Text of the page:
Discourse / Editorials / April 24, 2008

You embarass us, you embarass yourself

Tuesday night, at Former Attorney General John Ashcroft’s lecture “Leadership in Challenging Times” Lauren and I stood in line with dozens of Knox students to ask a question of our guest speaker. Unfortunately, time ran out just as we reached the front of the line, and we were, regrettably, unable to speak with the General. However, if we had had the opportunity, this is what we had planned to say:

“Sir, I would like apologize for the behavior of these Knox College students tonight. At an institution that considers itself a liberal, open minded campus with individuals who are seeking to further their knowledge of the world, we have failed to converse in a respectful and dignified manner that reflects our proposed ideals. The outright rudeness of those students who scoff and laugh in the face of differing opinions is an abomination to the name of Knox and to those students who would otherwise have enjoyed a dialogue on important issues. I hope that you will not allow the events of that have transpired this evening to color your regard for Knox; and that in the future we can attempt to prove to you, and to ourselves, that we really have not sunk to the level of immaturity that was displayed during your speech and subsequent question and answer session. Clearly, we have lost the privilege of conversing as adults with dignity and respect for one another. Tonight I am embarrassed to call myself a Knox student.”

As an institution of higher education, Knox should have been excited for the opportunity to engage in a respectful and informed discussion with someone who represents a world view uncommon on this campus. Ashcroft’s presentation could have been a successful forum for asking the hard questions and engaging in critical dialogue. Instead, it was an embarrassing display of dogmatism which accomplished nothing in the way of intelligently advancing our learning experience. While neither of us personally agree with some, or even most, of Ashcroft’s political views, we were impressed with the content and quality of his speech. But no matter our personal beliefs, we recognize that each individual deserves to be treated respectfully – especially an individual who has held such a prominent role in our country. However, even a basic level of respect was remiss throughout the entirety of Ashcroft’s presence. Not only did we notice the blatant lack of propriety during Ashcroft’s prepared speech from members of the audience who felt it was necessary to laugh at inappropriate times and yell insults at our speaker; we were also thoroughly disappointed in the way many questions presented by Knox students were phrased. Your behavior and speech throughout the evening was despicable. Any person holding views contradicting much of the general Knox population would have to have a lot of courage to come speak on this campus. At the very least, that courage should be respected. The way in which Knox students handled the questions and answer portion of the evening failed to show this respect on many occasions and was at times incredibly disruptive to the general dialogue that some students were trying to engage in. The display of outright indecency by Knox was frustrating to say the least.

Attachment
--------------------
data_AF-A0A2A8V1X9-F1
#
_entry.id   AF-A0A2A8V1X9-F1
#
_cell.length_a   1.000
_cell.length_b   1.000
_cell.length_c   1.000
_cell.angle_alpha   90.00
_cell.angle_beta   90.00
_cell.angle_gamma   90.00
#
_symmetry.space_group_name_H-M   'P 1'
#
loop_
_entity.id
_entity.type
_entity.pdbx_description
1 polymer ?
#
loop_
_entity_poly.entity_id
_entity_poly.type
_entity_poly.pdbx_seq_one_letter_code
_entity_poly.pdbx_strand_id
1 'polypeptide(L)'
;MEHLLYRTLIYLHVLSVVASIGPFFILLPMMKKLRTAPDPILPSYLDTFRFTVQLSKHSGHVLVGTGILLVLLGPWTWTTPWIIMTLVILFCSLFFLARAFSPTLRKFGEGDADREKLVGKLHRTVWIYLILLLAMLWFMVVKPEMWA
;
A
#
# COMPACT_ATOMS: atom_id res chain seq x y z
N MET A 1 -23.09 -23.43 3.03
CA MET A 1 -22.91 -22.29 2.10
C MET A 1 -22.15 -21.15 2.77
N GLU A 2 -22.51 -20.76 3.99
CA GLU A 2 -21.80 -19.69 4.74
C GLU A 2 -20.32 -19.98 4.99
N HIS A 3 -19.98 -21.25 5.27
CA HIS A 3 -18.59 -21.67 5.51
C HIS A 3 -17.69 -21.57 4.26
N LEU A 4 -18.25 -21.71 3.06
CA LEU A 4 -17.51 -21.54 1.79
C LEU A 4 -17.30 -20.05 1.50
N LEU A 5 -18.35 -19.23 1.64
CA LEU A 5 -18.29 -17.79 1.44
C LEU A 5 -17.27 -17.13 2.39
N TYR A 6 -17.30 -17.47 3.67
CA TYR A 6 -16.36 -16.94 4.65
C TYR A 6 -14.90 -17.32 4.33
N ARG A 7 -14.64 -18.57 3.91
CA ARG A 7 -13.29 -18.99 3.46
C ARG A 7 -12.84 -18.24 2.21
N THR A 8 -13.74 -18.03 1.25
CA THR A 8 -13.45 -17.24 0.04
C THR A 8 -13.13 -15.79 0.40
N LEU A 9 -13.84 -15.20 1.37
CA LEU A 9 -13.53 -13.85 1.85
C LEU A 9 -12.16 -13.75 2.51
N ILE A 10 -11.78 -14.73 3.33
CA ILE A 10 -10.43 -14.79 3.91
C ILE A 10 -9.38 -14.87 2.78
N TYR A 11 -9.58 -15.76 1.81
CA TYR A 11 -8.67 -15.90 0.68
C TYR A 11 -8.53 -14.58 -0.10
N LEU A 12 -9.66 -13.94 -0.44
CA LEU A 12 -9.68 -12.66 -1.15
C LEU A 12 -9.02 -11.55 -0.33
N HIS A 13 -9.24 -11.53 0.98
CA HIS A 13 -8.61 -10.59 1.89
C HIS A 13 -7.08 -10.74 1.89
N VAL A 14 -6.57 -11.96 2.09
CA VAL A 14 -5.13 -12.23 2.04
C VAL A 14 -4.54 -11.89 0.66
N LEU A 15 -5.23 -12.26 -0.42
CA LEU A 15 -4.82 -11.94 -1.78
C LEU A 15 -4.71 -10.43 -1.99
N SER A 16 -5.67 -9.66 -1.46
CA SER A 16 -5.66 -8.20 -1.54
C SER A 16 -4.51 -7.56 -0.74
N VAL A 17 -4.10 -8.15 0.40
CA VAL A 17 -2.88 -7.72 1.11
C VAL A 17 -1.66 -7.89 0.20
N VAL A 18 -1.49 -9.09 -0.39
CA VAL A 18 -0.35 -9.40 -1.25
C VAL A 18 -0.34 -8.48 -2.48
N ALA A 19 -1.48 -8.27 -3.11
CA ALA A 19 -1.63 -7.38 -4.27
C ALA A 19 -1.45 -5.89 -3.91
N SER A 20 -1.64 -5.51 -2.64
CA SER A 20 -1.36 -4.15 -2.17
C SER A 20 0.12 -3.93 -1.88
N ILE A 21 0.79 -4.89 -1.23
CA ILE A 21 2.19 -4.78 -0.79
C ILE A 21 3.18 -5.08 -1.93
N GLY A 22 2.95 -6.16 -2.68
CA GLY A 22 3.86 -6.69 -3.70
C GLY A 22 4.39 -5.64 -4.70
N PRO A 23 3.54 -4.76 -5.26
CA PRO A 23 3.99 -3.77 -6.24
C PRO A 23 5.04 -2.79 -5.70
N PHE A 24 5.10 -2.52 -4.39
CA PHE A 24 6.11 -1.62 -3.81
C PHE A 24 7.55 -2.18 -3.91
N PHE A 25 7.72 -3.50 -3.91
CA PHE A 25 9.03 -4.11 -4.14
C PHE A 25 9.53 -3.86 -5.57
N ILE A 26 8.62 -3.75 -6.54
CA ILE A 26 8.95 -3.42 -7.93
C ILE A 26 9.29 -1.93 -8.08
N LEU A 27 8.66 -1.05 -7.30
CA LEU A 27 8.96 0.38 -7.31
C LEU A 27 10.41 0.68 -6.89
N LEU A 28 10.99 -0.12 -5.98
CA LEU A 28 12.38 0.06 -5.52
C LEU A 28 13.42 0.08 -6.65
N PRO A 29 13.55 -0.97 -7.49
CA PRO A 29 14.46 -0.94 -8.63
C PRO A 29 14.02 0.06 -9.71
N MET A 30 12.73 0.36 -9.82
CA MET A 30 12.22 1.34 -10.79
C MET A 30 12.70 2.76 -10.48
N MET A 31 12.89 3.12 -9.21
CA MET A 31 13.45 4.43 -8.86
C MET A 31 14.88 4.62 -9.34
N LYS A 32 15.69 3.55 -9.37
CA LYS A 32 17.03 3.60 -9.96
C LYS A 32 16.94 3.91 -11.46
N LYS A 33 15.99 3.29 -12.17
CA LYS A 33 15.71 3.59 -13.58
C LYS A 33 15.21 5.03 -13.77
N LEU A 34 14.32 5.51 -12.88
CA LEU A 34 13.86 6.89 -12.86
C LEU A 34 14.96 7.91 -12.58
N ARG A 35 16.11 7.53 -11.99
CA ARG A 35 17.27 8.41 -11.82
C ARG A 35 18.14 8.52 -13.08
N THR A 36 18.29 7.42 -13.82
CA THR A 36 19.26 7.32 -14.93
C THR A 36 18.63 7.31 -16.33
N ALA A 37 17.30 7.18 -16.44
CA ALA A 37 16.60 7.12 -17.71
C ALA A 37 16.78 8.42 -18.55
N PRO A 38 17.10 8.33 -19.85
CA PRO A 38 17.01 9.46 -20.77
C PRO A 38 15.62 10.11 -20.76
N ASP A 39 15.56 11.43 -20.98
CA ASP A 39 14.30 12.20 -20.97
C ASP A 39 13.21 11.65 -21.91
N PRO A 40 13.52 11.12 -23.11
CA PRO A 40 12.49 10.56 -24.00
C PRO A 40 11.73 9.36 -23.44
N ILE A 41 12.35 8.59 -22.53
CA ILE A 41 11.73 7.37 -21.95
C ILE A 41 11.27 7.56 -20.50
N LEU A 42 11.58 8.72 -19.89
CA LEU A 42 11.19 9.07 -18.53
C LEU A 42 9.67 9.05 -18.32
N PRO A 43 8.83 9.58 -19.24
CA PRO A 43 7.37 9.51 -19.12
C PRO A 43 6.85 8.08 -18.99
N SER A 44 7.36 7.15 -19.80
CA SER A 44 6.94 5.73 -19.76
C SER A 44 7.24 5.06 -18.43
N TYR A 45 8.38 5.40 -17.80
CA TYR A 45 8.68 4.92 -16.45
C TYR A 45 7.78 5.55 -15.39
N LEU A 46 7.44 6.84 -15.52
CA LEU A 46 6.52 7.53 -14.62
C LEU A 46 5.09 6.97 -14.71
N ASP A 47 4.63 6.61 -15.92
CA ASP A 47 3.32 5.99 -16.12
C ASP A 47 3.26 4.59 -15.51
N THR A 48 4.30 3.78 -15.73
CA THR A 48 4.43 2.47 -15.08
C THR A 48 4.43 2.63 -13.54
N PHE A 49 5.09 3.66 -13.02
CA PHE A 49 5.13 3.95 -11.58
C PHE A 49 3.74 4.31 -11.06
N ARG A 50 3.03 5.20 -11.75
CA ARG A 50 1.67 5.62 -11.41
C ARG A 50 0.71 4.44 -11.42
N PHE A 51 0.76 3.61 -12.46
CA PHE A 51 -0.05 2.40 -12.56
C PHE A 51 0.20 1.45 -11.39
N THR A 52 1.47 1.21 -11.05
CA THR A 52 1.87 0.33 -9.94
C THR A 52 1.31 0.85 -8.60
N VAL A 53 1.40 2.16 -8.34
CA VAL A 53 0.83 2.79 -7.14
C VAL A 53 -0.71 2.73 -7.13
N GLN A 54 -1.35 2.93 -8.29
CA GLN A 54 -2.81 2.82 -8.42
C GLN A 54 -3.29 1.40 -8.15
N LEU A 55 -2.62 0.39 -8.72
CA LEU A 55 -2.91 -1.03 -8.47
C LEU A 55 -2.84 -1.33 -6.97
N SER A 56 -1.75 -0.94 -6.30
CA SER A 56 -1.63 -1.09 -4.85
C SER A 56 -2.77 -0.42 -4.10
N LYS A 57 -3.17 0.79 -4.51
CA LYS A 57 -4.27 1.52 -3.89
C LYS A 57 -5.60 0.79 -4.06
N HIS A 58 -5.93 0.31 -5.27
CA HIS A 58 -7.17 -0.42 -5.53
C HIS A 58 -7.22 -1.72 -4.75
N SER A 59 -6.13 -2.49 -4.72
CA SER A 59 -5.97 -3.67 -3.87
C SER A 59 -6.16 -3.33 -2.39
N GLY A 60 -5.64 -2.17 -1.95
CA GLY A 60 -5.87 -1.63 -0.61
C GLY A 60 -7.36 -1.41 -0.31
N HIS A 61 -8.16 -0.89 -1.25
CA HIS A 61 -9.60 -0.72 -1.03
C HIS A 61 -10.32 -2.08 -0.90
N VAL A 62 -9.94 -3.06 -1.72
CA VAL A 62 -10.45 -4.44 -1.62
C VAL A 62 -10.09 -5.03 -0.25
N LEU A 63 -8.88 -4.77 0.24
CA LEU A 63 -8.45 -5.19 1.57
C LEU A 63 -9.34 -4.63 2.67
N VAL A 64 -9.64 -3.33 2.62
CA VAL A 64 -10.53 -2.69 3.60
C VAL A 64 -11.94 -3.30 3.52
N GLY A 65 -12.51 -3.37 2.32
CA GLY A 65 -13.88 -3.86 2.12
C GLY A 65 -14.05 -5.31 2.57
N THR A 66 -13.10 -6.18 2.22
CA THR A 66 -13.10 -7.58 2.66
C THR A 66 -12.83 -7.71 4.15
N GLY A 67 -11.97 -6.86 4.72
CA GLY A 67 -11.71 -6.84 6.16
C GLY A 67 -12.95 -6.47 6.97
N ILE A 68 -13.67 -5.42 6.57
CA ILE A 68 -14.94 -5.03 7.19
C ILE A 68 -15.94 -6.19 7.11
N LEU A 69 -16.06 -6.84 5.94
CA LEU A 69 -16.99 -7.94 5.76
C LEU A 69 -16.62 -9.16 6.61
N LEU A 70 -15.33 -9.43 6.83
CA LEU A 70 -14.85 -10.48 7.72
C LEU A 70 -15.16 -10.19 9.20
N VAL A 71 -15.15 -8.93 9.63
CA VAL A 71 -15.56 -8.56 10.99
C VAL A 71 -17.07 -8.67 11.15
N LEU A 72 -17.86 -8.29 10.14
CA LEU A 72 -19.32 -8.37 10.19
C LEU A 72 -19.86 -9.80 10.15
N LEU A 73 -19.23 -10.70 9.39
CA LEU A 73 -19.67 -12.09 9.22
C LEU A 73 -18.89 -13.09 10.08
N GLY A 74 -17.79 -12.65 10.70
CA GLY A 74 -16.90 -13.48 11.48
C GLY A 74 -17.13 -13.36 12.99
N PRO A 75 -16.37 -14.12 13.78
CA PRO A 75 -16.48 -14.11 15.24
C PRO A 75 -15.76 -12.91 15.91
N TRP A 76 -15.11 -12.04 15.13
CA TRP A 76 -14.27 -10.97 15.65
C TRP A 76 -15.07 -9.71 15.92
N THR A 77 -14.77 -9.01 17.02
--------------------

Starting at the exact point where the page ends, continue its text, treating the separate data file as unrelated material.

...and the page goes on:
Additionally, we felt there were a couple of instances when Ashcroft may have used words that triggered negative reactions which he did not intend to trigger. Because of his unfortunate word choice, Knox students ignorantly took the opportunity to insult his knowledge, his wisdom, and even to question if he has a soul. At these times, with only a little reflection, Knox students could have deciphered his intended meaning. However, they chose to close their ears to his message. They allowed their predetermined prejudices to dictate how they interpreted what he said, instead of being open minded (that is the definition of ‘liberal,’ right??) and aware of his true intentions. We cannot stress to you how many times during the course of the evening, we were embarrassed to call ourselves part of the Knox community. To those students who engaged in these inappropriate actions and the offensive articulations of your opinions, which is very uncharacteristic of Knox, I would like to quote a popular movie that faces difficult issues head on, “You Embarrass Me. You Embarrass Yourself.” (Crash).

Our only request to the students of Knox is simple, just shut up and listen. Until you can learn to converse as mature adults, ready to respectfully dialogue with both those who agree and disagree with you, you have no place in the important and difficult conversations that occur on this campus.

Melinda Jones

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